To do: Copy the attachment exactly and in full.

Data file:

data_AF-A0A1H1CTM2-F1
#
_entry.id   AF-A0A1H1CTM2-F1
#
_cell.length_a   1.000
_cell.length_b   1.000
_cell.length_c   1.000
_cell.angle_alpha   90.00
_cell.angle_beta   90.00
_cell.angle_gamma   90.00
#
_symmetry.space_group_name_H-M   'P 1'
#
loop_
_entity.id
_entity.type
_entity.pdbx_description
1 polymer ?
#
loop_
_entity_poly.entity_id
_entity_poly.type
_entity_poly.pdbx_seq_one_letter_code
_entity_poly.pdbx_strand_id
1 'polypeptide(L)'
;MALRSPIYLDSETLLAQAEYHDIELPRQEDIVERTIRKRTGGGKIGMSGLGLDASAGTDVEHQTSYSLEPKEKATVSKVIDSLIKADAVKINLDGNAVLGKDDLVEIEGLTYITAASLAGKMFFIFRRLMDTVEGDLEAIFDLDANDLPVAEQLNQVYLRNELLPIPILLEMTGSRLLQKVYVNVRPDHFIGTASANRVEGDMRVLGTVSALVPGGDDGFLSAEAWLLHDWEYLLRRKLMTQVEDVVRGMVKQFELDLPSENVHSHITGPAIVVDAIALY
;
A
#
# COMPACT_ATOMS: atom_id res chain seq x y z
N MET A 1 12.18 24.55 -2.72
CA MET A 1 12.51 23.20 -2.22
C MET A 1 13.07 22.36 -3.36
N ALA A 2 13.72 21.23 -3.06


data_AF-A0A1H1CTM2-F1
#
_entry.id   AF-A0A1H1CTM2-F1
#
_cell.length_a   1.000
_cell.length_b   1.000
_cell.length_c   1.000
_cell.angle_alpha   90.00
_cell.angle_beta   90.00
_cell.angle_gamma   90.00
#
_symmetry.space_group_name_H-M   'P 1'
#
loop_
_entity.id
_entity.type
_entity.pdbx_description
1 polymer ?
#
loop_
_entity_poly.entity_id
_entity_poly.type
_entity_poly.pdbx_seq_one_letter_code
_entity_poly.pdbx_strand_id
1 'polypeptide(L)'
;MALRSPIYLDSETLLAQAEYHDIELPRQEDIVERTIRKRTGGGKIGMSGLGLDASAGTDVEHQTSYSLEPKEKATVSKVIDSLIKADAVKINLDGNAVLGKDDLVEIEGLTYITAASLAGKMFFIFRRLMDTVEGDLEAIFDLDANDLPVAEQLNQVYLRNELLPIPILLEMTGSRLLQKVYVNVRPDHFIGTASANRVEGDMRVLGTVSALVPGGDDGFLSAEAWLLHDWEYLLRRKLMTQVEDVVRGMVKQFELDLPSENVHSHITGPAIVVDAIALY
;
A
#
# COMPACT_ATOMS: atom_id res chain seq x y z
N MET A 1 12.18 24.55 -2.72
CA MET A 1 12.51 23.20 -2.22
C MET A 1 13.07 22.36 -3.36
N ALA A 2 13.72 21.23 -3.06